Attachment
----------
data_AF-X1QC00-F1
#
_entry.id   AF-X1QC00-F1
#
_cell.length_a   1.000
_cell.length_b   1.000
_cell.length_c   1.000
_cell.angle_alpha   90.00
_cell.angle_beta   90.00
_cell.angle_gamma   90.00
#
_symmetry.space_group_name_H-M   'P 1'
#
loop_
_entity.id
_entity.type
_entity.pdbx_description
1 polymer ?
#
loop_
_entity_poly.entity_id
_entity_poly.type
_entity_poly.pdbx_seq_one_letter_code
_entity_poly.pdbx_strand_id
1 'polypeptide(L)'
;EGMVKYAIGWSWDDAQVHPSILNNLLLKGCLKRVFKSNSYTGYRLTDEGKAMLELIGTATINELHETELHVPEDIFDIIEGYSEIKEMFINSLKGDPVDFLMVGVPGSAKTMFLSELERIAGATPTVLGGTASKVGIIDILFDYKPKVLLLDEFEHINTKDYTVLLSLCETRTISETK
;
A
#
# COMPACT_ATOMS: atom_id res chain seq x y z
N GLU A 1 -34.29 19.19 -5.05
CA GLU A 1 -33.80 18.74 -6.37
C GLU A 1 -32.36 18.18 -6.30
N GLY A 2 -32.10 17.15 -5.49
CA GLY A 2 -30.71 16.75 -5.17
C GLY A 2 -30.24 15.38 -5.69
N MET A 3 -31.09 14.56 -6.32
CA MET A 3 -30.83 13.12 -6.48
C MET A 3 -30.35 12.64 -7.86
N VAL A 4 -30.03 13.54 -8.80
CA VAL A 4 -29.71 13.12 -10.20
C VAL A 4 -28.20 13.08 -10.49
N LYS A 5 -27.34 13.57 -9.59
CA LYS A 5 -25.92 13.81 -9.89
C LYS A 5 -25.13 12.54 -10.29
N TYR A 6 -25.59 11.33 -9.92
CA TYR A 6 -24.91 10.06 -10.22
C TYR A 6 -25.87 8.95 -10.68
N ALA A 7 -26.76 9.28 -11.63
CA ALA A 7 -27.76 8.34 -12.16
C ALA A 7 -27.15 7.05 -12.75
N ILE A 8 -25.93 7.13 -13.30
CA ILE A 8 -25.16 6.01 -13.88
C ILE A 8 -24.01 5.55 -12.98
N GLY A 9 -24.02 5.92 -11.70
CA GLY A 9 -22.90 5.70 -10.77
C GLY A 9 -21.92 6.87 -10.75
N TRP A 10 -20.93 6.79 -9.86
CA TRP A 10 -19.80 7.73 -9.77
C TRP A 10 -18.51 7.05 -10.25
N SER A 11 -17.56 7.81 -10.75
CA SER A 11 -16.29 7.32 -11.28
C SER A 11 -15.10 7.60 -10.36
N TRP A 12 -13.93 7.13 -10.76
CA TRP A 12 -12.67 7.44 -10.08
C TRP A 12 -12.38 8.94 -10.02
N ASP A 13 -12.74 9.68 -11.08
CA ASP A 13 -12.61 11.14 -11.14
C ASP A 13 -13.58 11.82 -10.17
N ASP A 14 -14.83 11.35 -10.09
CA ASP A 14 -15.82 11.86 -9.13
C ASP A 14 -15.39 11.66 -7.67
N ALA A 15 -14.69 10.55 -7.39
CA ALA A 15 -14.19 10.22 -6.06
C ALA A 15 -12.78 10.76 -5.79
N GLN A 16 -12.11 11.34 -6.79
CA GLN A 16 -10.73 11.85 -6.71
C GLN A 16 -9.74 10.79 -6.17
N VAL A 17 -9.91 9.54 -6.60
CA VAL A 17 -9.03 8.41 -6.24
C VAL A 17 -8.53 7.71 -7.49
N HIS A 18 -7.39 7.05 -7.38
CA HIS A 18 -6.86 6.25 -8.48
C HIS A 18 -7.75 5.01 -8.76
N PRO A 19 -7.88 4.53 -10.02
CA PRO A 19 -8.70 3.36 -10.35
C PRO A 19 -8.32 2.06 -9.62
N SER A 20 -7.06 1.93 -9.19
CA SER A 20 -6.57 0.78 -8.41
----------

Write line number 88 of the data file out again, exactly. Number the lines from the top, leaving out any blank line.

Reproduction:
N SER A 20 -7.06 1.93 -9.19